# How would you suggest to construct this object?

• posted on June 29, 2006, 10:22 pm

I'm sorry, but I don't have a picture for this problem. I hope I can describe it clearly.
Suppose you have two cubes, one 3" on a side, and the other slightly larger, say like 3.1" on a side.
The problem is to drill a hole through the SMALLER cube such that the larger cube can pass through the smaller cube, through the hole.
If you take the smaller cube and hold it between your index finger and thumb, holding it at opposite vertices (the major diagonal of the cube), you can see but twirling the cube to the right angle that from this perspective, it's cross-section is a hexagon.
It just happens that the hexagonal cross-section of a 3" cube is in fact large enough to drill a square hole through it that would pass a 3.1" square.
So my problem ... HOW do I possibly construct this beast? What I need to do is take a cube and drill a hole through it at this strange angle. Then I need to "square" the hole, making it clean enough to let the larger cube pass through it.
It's a really neat math construct that is great to show to high school kids. Anyone have any ideas how I would approach making this?
Jack

<% if( /^image/.test(type) ){ %>
<% } %>
<%-name%>
• posted on June 29, 2006, 11:01 pm
On Thu, 29 Jun 2006 16:22:32 -0600, "mywebaccts (at) PLUGcomcast.net" <"mywebaccts (at) PLUGcomcast.net"> wrote:

It should not be difficult to jig this for a drill press/morticer. Build an angled auxillary table at the "strange angle", which if you're teaching this I hope you know what it is ;) Then attach another piece with a 90 degree notch but at 45 degrees to hold the cube in place. That will let you drill a hole. You can use the same setup to hold the cube while you hold your chisel vertically.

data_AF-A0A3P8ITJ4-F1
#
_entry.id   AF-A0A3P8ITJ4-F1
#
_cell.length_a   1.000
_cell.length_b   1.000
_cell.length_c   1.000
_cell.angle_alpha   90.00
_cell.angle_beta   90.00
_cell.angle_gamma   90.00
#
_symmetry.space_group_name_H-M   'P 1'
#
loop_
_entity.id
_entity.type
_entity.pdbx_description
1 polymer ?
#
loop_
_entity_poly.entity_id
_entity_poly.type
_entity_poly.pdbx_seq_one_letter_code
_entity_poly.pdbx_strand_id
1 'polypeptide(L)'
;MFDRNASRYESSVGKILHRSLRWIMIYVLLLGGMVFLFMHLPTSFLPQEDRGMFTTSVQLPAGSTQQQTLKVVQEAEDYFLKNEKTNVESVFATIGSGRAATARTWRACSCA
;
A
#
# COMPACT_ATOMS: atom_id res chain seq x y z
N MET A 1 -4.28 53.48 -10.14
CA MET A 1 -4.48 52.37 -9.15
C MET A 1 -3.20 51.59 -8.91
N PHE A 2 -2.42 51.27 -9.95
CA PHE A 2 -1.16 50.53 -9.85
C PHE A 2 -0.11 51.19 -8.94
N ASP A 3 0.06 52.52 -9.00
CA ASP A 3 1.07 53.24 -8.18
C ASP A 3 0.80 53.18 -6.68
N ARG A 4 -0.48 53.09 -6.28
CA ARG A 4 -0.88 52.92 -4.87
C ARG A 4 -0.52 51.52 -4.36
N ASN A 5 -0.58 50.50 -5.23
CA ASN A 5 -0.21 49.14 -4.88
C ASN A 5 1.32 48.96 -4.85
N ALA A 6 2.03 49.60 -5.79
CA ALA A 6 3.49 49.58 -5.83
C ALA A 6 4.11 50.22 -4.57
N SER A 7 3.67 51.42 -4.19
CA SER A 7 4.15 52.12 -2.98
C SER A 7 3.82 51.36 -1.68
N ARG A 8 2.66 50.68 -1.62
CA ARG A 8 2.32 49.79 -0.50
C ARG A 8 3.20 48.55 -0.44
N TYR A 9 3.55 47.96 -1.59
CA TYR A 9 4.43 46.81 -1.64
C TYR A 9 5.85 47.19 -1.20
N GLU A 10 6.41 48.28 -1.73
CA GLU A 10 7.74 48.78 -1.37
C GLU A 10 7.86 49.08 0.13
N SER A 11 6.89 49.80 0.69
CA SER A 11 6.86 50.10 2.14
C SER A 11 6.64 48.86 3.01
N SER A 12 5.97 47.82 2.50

I agree with the other poster though, it'd be easier to assemble it out of 6 precut sides, but not as nice of a visual aid.
-Leuf

<% if( /^image/.test(type) ){ %>
<% } %>
<%-name%>
• posted on June 30, 2006, 2:41 am

Don't start with a cube; start with stock that's much larger and drill out the hole first. Then slice off the stock that is beyond the boundaries of the cube. Just take care that you orient the hole, or your cuts, appropriately. What's left is your finished cube.
- Owen -

<% if( /^image/.test(type) ){ %>
<% } %>
<%-name%>
• posted on July 1, 2006, 1:26 am
Yeah, what Owen said.
-Zz
On Thu, 29 Jun 2006 22:41:20 -0400, "Owen Lawrence"

<% if( /^image/.test(type) ){ %>
<% } %>
<%-name%>
• posted on June 30, 2006, 5:32 pm
On Thu, 29 Jun 2006 16:22:32 -0600, "mywebaccts (at) PLUGcomcast.net" <"mywebaccts (at) PLUGcomcast.net"> wrote:

You can't drill this, you have to bore it.
A "drill" is a self-guided tool for cutting holes. "Boring" (in workshop terms) is a different process - you clamp it rigidly to a rigid machine, then you rotate a single point cutter so as to cut the hole. The difference is that the tool is guided by the rigidity of the frame and machine, not a rubbing contact on the tool.
Find someone with a milling machine (most engineering workshops), make up a 3-pointed stand to support it and away you go.

<% if( /^image/.test(type) ){ %>
<% } %>
<%-name%>
• posted on June 30, 2006, 9:43 pm
I like the reverse-engineering approach. Surround a hole with wood fragments that form a cube. Similar to hunting elephants in Africa - examine all animals, retaining those whose exterior surface is that of an elephant.

<% if( /^image/.test(type) ){ %>
<% } %>
<%-name%>
• posted on July 1, 2006, 1:27 am
Yeah, what Andy said.
-Zz
On Fri, 30 Jun 2006 18:32:31 +0100, Andy Dingley

<% if( /^image/.test(type) ){ %>
<% } %>
<%-name%>
• posted on June 30, 2006, 6:14 pm
Mike Richardson wrote:

Here's some more math for all and another view of the cube.
http://mathworld.wolfram.com/PrinceRupertsCube.html

<% if( /^image/.test(type) ){ %>
<% } %>
<%-name%>
• posted on July 1, 2006, 3:37 pm
Thanks again to everyone for their help. I'll probably "cheat" with the paper model first, if not only to help better visualize the final product. Then I think I'll try a jig approach. I don't know anyone with a mill and I'm not looking for a 'perfect' rendition, just one good enough to help confound and convince the kids of the beauty of math!
Jack
mywebaccts (at) PLUGcomcast.net wrote: